DIY Wired Battery Pack for Dewalt Cordless Drill

A few years ago I bought a 12 volt Dewalt Cordless Drill, as opposed to a 18 volt, with the plan to modify one of the battery packs with a cord and cigarette plug so that it could be plugged into a 12 volt cigarette socket.  This would provide me with another option of powering the cordless drill if all my battery packs were dead.  In the event of a power outage, I could charge my 12 volt battery packs with solar and still be able to use the cordless drill.

To make a long story short, one the batteries did go bad and I set it aside in order to do the modifications. Well, through procrastination, I never got to the project.  This weekend I was building a new table for the back porch and the battery in the Dewalt Cordless Drill went dead, so I went to the shop to get one of the spares, and of course, none of them had been put on the charger so they were all dead. I figured this might be a good time to modify that old dead battery case.

Upon opening the battery case, I found that there was a battery pack that was molded to fit inside the case, and it had a “standoff” with prongs that inserted upwards into the cordless drill.

Battery Pack for 12 volt Dewalt Cordless Drill with top of case removed.

Battery pack removed from the battery case. The "standoff with the prongs can be seen wired
to the top of the battery pack.

Upon examination, and after various ideas, I decided that I would replicate the original battery pack size with a piece of wood, then mount the standoff to the top and wire it in place.  The battery pack was 1-3/8” tall, and in order to mount the “standoff” with prongs on the top, the wooden replica of the battery pack would have to be the same size.

I got a piece of 2x4, which is 1.5” thick and traced the original battery pack to the top. I then cut, carved, filed and shaped the piece of 2x4 so that it fit inside the original battery shell. Once it fit, I used a belt sander to sand the height down to the original battery pack height of 1-3/8”.

The completed block to replicate the original battery pack.

The next step was to remove the original “standoff” from battery pack and mount and wire it to the wooden block. I had an old cigarette lighter cord for something long unused, cut the original plug off the opposite end of the cigarette socket.

I wanted the wire to come out of the back of the battery case so it would be behind the cordless drill. I drilled a hole through the rear of the battery case to accommodate the wire. I then drilled straight through the wooden block. My plan was to put a groove in the front and rear of the wooded block that would accommodate the diameter of the wire. One, the negative, would come directly up the front of the block and be soldered to the negative plate that was attached to the “standoff.” The positive would go directly through the wooden block and be brought up the back and then across the top to the positive attachment point. A groove also has to be made in the top the diameter of one wire.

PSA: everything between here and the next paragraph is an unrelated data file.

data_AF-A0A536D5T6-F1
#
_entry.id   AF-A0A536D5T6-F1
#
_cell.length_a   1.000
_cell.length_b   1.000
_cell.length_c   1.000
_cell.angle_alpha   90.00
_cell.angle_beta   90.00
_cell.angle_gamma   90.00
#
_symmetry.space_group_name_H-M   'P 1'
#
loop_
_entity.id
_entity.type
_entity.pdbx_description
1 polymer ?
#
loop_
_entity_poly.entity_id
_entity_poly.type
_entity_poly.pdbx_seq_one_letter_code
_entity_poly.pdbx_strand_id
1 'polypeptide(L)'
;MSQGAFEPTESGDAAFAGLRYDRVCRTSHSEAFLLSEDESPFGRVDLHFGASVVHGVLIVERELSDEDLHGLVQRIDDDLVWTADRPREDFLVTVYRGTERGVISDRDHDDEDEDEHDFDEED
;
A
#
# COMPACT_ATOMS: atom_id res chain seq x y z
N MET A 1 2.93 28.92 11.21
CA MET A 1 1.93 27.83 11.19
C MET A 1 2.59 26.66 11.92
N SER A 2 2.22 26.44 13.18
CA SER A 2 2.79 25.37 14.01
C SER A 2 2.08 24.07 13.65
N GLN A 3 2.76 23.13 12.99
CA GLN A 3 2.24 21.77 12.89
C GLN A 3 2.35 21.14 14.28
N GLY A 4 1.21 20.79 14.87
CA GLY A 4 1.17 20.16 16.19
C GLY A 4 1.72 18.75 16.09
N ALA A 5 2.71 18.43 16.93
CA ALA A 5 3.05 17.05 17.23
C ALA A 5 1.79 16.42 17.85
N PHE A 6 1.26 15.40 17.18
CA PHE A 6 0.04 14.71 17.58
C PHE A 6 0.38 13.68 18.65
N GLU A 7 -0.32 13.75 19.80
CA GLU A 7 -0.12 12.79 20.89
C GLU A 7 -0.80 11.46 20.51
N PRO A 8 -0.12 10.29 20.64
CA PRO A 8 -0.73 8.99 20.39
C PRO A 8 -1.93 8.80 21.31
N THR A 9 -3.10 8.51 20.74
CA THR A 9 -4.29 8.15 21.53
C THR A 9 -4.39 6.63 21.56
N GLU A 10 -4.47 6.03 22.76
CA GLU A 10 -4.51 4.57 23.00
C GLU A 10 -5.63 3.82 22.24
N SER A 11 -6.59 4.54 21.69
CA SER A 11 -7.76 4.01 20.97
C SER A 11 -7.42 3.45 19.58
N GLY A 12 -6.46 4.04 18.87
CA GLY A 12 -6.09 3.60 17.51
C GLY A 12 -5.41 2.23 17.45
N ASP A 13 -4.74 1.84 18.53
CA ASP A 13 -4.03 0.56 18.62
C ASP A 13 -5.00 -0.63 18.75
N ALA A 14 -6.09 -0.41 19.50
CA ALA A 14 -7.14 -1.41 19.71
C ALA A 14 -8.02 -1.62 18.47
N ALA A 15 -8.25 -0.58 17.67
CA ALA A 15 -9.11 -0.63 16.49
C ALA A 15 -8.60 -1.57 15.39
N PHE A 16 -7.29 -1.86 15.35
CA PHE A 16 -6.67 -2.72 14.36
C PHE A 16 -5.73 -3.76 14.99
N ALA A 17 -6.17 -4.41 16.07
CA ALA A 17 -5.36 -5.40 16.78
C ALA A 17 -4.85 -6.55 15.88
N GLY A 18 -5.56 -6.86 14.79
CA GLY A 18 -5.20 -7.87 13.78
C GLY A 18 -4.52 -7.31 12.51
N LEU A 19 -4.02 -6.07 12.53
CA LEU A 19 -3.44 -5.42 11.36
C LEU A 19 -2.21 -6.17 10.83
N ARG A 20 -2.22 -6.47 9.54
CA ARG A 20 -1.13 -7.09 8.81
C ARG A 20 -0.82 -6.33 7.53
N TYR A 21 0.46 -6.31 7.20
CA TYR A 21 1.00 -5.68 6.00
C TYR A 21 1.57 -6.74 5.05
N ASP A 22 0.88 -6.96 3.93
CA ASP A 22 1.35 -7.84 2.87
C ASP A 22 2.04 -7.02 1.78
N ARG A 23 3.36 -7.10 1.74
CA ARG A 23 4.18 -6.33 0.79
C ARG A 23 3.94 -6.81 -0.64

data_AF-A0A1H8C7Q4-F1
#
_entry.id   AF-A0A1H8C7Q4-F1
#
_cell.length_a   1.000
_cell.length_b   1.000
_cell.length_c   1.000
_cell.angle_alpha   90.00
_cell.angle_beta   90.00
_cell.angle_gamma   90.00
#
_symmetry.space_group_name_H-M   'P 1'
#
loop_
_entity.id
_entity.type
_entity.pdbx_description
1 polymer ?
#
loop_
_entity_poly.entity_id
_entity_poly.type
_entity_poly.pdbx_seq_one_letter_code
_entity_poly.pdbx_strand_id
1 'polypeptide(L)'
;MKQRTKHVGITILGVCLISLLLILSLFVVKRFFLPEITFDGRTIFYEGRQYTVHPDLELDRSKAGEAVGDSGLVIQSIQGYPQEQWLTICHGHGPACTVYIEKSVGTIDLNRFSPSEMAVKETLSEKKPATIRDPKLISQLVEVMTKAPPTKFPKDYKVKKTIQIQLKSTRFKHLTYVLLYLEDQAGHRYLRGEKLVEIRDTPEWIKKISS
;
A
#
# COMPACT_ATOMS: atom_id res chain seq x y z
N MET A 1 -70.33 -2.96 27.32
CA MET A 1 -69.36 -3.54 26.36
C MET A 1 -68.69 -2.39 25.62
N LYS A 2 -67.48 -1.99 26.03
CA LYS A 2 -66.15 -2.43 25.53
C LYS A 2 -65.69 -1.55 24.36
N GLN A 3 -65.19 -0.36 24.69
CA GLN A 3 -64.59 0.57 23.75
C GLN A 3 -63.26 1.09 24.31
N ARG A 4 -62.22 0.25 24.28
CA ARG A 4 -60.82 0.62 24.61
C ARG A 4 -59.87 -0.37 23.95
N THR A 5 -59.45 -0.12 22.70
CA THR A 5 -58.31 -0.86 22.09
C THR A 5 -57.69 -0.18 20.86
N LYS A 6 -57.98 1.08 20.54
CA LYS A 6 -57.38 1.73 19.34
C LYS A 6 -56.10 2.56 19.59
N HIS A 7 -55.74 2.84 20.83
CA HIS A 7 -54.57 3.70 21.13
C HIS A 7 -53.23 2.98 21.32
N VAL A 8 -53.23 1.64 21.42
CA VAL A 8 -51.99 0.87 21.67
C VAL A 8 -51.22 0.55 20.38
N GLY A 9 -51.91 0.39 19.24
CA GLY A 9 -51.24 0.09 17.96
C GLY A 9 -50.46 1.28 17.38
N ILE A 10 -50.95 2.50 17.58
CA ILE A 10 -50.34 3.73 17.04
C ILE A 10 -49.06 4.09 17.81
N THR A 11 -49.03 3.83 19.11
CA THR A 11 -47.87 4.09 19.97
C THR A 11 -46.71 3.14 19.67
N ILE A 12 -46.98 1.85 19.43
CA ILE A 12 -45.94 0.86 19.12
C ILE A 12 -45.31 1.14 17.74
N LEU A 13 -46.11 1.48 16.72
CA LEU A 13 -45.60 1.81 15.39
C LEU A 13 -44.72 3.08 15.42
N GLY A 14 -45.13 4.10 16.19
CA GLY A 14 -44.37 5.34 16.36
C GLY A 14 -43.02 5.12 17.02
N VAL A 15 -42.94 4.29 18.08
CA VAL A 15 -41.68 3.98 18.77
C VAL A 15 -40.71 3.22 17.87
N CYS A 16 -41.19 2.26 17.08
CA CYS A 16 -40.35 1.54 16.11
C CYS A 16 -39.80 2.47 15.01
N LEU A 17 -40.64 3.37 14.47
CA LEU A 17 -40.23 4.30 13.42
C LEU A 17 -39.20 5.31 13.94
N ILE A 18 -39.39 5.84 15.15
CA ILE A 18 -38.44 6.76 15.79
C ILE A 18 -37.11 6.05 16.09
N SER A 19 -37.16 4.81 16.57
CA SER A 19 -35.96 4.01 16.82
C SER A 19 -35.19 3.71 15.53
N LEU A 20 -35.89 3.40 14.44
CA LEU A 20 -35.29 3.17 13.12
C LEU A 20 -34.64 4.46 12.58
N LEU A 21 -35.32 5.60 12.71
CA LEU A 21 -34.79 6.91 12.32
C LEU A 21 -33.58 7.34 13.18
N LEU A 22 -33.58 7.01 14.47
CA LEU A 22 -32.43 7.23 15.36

The 'standoff with prongs wired in place on top of the wooden block.

Once the wires were in place, the “standoff” was soldered in place. The top of the battery case was screwed back in place and the new wired battery pack was tested. Everything works fine and I now have an alternative to the old battery packs.

The top of the battery case screwed back in place and the wired battery pack is ready to use.

I can now use the 12 volt power pack that I keep in my truck or my old GoalZero Sherpa 120 (now discontinued).  You can also use a cigarette socket with clips for use with any 12 volt battery, such as in your vehicle. I now have various options for using my cordless drill both during a power outage or in the field if the regular batteries go dead.

This shows the completed wired battery on the Dewalt cordless drill. To the left is an extension cable
with both a cigarette socket on one end and a plug on the other. It allows me to extend the distance
I can use the cordless drill from the battery being used to power it.

This shows the wired cordless drill with a 12 volt power pack, a GoalZero Sherpa 120, and the extension cable.

This is a cigarette socket with clips which allows you to use any 12 volt battery available with enough
amps to run the cordless drill.

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© Copyright 2017 by John D. McCann